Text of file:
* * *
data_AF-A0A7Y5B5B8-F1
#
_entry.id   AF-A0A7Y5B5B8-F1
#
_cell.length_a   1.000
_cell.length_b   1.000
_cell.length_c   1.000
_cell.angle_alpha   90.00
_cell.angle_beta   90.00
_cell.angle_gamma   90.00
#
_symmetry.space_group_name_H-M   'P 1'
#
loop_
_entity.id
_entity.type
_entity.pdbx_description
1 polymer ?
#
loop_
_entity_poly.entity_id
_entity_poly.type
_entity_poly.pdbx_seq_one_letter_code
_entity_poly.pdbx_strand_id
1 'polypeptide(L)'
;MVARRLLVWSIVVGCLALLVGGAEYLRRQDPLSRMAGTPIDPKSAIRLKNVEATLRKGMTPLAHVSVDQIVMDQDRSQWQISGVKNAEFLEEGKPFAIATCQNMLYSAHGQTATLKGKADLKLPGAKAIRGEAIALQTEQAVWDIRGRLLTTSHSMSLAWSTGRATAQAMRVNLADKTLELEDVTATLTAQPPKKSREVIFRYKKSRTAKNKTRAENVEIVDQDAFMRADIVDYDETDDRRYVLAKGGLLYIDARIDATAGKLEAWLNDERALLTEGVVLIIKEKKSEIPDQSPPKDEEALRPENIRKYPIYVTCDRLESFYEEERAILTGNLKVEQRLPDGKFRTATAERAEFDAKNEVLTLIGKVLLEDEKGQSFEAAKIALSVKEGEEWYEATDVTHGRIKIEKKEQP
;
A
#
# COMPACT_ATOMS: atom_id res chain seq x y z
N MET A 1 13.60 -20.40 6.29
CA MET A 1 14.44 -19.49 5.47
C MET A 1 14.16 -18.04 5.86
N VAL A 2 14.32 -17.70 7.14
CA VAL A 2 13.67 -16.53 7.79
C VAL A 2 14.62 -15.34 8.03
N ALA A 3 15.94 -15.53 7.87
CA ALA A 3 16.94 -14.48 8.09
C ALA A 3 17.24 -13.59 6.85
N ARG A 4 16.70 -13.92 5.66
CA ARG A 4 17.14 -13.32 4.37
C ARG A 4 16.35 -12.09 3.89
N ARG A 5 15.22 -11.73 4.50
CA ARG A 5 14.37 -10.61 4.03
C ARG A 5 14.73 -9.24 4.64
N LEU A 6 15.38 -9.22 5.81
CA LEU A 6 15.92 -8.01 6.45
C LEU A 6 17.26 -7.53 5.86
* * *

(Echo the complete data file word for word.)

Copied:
data_AF-A0A7Y5B5B8-F1
#
_entry.id   AF-A0A7Y5B5B8-F1
#
_cell.length_a   1.000
_cell.length_b   1.000
_cell.length_c   1.000
_cell.angle_alpha   90.00
_cell.angle_beta   90.00
_cell.angle_gamma   90.00
#
_symmetry.space_group_name_H-M   'P 1'
#
loop_
_entity.id
_entity.type
_entity.pdbx_description
1 polymer ?
#
loop_
_entity_poly.entity_id
_entity_poly.type
_entity_poly.pdbx_seq_one_letter_code
_entity_poly.pdbx_strand_id
1 'polypeptide(L)'
;MVARRLLVWSIVVGCLALLVGGAEYLRRQDPLSRMAGTPIDPKSAIRLKNVEATLRKGMTPLAHVSVDQIVMDQDRSQWQISGVKNAEFLEEGKPFAIATCQNMLYSAHGQTATLKGKADLKLPGAKAIRGEAIALQTEQAVWDIRGRLLTTSHSMSLAWSTGRATAQAMRVNLADKTLELEDVTATLTAQPPKKSREVIFRYKKSRTAKNKTRAENVEIVDQDAFMRADIVDYDETDDRRYVLAKGGLLYIDARIDATAGKLEAWLNDERALLTEGVVLIIKEKKSEIPDQSPPKDEEALRPENIRKYPIYVTCDRLESFYEEERAILTGNLKVEQRLPDGKFRTATAERAEFDAKNEVLTLIGKVLLEDEKGQSFEAAKIALSVKEGEEWYEATDVTHGRIKIEKKEQP
;
A
#
# COMPACT_ATOMS: atom_id res chain seq x y z
N MET A 1 13.60 -20.40 6.29
CA MET A 1 14.44 -19.49 5.47
C MET A 1 14.16 -18.04 5.86
N VAL A 2 14.32 -17.70 7.14
CA VAL A 2 13.67 -16.53 7.79
C VAL A 2 14.62 -15.34 8.03
N ALA A 3 15.94 -15.53 7.87
CA ALA A 3 16.94 -14.48 8.09
C ALA A 3 17.24 -13.59 6.85
N ARG A 4 16.70 -13.92 5.66
CA ARG A 4 17.14 -13.32 4.37
C ARG A 4 16.35 -12.09 3.89
N ARG A 5 15.22 -11.73 4.50
CA ARG A 5 14.37 -10.61 4.03
C ARG A 5 14.73 -9.24 4.64
N LEU A 6 15.38 -9.22 5.81
CA LEU A 6 15.92 -8.01 6.45
C LEU A 6 17.26 -7.53 5.86